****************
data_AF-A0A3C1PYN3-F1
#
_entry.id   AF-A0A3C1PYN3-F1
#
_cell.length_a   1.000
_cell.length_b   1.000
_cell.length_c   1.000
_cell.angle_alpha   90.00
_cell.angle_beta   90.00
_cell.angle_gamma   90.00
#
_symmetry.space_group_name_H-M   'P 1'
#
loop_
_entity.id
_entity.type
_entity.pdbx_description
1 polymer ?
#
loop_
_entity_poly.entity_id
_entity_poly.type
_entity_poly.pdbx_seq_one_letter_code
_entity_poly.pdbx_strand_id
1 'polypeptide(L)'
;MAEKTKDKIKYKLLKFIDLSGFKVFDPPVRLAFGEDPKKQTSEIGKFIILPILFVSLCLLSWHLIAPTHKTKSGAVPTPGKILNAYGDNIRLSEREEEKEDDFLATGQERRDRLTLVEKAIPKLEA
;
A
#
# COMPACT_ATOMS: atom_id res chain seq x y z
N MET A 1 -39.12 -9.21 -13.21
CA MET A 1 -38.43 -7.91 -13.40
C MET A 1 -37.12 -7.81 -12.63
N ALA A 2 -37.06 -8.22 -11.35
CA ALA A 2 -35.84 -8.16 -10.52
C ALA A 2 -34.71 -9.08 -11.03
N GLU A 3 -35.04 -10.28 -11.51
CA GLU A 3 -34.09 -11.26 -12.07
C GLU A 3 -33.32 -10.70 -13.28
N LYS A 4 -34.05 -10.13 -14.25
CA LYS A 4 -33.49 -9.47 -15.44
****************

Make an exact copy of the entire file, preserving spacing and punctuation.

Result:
data_AF-A0A3C1PYN3-F1
#
_entry.id   AF-A0A3C1PYN3-F1
#
_cell.length_a   1.000
_cell.length_b   1.000
_cell.length_c   1.000
_cell.angle_alpha   90.00
_cell.angle_beta   90.00
_cell.angle_gamma   90.00
#
_symmetry.space_group_name_H-M   'P 1'
#
loop_
_entity.id
_entity.type
_entity.pdbx_description
1 polymer ?
#
loop_
_entity_poly.entity_id
_entity_poly.type
_entity_poly.pdbx_seq_one_letter_code
_entity_poly.pdbx_strand_id
1 'polypeptide(L)'
;MAEKTKDKIKYKLLKFIDLSGFKVFDPPVRLAFGEDPKKQTSEIGKFIILPILFVSLCLLSWHLIAPTHKTKSGAVPTPGKILNAYGDNIRLSEREEEKEDDFLATGQERRDRLTLVEKAIPKLEA
;
A
#
# COMPACT_ATOMS: atom_id res chain seq x y z
N MET A 1 -39.12 -9.21 -13.21
CA MET A 1 -38.43 -7.91 -13.40
C MET A 1 -37.12 -7.81 -12.63
N ALA A 2 -37.06 -8.22 -11.35
CA ALA A 2 -35.84 -8.16 -10.52
C ALA A 2 -34.71 -9.08 -11.03
N GLU A 3 -35.04 -10.28 -11.51
CA GLU A 3 -34.09 -11.26 -12.07
C GLU A 3 -33.32 -10.70 -13.28
N LYS A 4 -34.05 -10.13 -14.25
CA LYS A 4 -33.49 -9.47 -15.44